Mask Microplastics: Have They Arrived to the Lungs?

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UK study finds microplastics, most likely from inhalation, in all regions of human lungs sampled. Did they arrive from masks?

A new UK study from Hull York Medical School sampled human lung tissue using micro-Fourier Transform Infrared spectroscopy. (micro FTIR).

39 kinds of microplastics were identified from 11 of the 13 lung tissue samples of patients who were to undergo surgery.  The most commonly found microplastics were polypropylene (PP) 23%, polyethylene terephthalate (PET) 18% and resin 15%.  Tissue from male donors contained nearly six times the microplastics of tissue from female donors.

It had been thought that only particles smaller than 3 micrometers (µm) can enter the alveolar region of the lung.  However, the particles seen in this study were up to 1410 µm in length = 1.4 mm.

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What does this have to do with masks?

Possibly nothing.  However, the disposable surgical masks that now decorate the world’s beaches and rivers and wildlands after having decorated billions of human faces happen to also be made of polystyrene and polyethylene compounds.  But the most common material in these is polypropylene, because of ease of industrial handling. That was the most common microplastic found by the UK researchers in lung tissue samples.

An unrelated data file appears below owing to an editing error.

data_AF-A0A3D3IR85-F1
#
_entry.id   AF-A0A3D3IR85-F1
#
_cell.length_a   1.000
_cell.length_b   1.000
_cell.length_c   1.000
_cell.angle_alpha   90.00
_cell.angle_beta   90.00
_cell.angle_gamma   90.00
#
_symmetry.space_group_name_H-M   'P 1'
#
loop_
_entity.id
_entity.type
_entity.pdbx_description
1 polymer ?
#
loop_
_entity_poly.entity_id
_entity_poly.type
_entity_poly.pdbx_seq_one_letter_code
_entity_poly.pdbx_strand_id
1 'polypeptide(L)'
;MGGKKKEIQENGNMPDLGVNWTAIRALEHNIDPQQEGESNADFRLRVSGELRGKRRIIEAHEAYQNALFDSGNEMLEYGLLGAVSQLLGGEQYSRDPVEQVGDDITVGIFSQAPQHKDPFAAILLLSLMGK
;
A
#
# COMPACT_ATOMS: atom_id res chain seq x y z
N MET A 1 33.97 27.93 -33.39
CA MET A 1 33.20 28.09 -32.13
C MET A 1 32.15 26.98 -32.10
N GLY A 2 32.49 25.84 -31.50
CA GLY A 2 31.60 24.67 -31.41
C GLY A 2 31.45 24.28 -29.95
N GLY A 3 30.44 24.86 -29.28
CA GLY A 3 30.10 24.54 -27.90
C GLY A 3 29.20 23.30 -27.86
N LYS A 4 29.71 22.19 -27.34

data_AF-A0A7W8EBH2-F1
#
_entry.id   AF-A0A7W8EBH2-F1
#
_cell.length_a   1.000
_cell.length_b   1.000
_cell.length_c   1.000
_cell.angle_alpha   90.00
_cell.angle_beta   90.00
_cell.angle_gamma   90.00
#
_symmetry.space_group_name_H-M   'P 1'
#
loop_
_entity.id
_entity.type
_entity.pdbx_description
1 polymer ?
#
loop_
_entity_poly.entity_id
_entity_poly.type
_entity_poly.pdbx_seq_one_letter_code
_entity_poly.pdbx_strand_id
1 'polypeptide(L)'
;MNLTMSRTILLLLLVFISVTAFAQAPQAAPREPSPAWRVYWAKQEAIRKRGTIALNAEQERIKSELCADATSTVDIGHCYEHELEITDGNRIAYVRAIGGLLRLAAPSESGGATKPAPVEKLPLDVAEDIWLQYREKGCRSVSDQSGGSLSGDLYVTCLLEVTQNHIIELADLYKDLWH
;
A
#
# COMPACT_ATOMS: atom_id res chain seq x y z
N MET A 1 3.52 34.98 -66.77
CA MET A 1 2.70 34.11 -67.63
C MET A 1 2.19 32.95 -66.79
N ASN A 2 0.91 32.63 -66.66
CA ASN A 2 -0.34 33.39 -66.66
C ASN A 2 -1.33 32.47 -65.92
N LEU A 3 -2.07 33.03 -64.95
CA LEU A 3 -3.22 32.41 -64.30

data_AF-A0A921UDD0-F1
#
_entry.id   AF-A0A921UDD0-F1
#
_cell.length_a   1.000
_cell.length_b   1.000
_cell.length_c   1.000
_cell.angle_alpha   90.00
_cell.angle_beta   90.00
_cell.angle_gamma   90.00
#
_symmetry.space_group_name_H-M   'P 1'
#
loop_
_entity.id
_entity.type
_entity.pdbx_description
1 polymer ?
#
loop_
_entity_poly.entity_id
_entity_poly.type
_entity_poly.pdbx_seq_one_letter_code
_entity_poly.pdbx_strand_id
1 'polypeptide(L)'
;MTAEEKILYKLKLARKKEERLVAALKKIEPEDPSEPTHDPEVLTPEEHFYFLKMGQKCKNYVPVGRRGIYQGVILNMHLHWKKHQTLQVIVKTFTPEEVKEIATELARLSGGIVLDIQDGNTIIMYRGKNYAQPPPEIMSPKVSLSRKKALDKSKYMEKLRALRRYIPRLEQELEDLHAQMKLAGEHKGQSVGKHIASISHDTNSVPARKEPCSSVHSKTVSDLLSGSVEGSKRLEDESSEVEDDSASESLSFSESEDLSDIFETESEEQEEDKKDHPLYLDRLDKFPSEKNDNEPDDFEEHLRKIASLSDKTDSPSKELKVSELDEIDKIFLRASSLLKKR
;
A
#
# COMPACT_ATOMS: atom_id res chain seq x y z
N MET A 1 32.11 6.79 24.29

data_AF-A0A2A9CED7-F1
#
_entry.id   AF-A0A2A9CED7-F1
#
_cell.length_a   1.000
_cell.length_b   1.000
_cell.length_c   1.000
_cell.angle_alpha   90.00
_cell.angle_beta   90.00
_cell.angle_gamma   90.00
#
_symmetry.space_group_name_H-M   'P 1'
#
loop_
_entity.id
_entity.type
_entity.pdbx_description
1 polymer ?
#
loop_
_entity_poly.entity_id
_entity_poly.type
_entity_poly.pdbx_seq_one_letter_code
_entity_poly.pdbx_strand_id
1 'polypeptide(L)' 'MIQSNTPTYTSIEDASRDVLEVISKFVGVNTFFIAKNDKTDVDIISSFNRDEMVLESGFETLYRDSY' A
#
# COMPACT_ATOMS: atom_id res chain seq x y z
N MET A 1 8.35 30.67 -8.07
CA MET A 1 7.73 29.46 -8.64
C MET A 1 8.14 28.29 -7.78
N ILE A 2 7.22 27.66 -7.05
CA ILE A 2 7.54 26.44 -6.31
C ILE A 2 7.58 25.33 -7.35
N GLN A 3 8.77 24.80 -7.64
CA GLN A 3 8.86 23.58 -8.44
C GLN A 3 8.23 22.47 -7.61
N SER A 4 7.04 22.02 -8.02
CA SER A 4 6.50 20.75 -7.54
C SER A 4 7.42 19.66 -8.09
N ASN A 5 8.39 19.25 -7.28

Epidemiologist Boris Borovoy and I were the first that we were aware of to warn in peer-reviewed research of this health hazard from inhaled microplastics and nano-plastics coming from disposable surgical masks.


We also discussed the friable nature of the particulate attached to surgical masks.   Here are a few of the photos we took of surgical masks under light microscope, 40 to 100x magnification and without magnification.

Brand new surgical mask fibers, particulate and soiled appearance.

A lightly used hospital face mask. Are all these fibers intact to your satisfaction?

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